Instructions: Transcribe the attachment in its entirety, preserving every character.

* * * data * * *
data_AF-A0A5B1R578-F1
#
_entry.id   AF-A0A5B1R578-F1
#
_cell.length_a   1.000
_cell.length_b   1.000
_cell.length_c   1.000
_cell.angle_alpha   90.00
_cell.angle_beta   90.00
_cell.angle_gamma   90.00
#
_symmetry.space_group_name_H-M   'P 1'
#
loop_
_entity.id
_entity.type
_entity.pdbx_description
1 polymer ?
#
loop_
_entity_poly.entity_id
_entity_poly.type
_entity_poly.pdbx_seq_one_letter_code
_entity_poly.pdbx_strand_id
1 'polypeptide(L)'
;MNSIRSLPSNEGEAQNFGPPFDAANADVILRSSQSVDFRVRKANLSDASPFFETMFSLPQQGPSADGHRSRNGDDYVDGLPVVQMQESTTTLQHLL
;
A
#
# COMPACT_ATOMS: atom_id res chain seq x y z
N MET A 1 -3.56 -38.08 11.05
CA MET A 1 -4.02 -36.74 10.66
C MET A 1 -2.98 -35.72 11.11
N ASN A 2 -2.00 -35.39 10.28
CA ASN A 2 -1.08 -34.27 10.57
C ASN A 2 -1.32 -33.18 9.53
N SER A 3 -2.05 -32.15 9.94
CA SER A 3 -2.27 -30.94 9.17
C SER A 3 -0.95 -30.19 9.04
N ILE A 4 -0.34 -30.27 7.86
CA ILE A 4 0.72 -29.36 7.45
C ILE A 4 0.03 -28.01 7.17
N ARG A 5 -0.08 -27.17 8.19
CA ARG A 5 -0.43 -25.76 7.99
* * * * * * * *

data_AF-A0A5B1R578-F1
#
_entry.id   AF-A0A5B1R578-F1
#
_cell.length_a   1.000
_cell.length_b   1.000
_cell.length_c   1.000
_cell.angle_alpha   90.00
_cell.angle_beta   90.00
_cell.angle_gamma   90.00
#
_symmetry.space_group_name_H-M   'P 1'
#
loop_
_entity.id
_entity.type
_entity.pdbx_description
1 polymer ?
#
loop_
_entity_poly.entity_id
_entity_poly.type
_entity_poly.pdbx_seq_one_letter_code
_entity_poly.pdbx_strand_id
1 'polypeptide(L)'
;MNSIRSLPSNEGEAQNFGPPFDAANADVILRSSQSVDFRVRKANLSDASPFFETMFSLPQQGPSADGHRSRNGDDYVDGLPVVQMQESTTTLQHLL
;
A
#
# COMPACT_ATOMS: atom_id res chain seq x y z
N MET A 1 -3.56 -38.08 11.05
CA MET A 1 -4.02 -36.74 10.66
C MET A 1 -2.98 -35.72 11.11
N ASN A 2 -2.00 -35.39 10.28
CA ASN A 2 -1.08 -34.27 10.57
C ASN A 2 -1.32 -33.18 9.53
N SER A 3 -2.05 -32.15 9.94
CA SER A 3 -2.27 -30.94 9.17
C SER A 3 -0.95 -30.19 9.04
N ILE A 4 -0.34 -30.27 7.86
CA ILE A 4 0.72 -29.36 7.45
C ILE A 4 0.03 -28.01 7.17
N ARG A 5 -0.08 -27.17 8.19
CA ARG A 5 -0.43 -25.76 7.99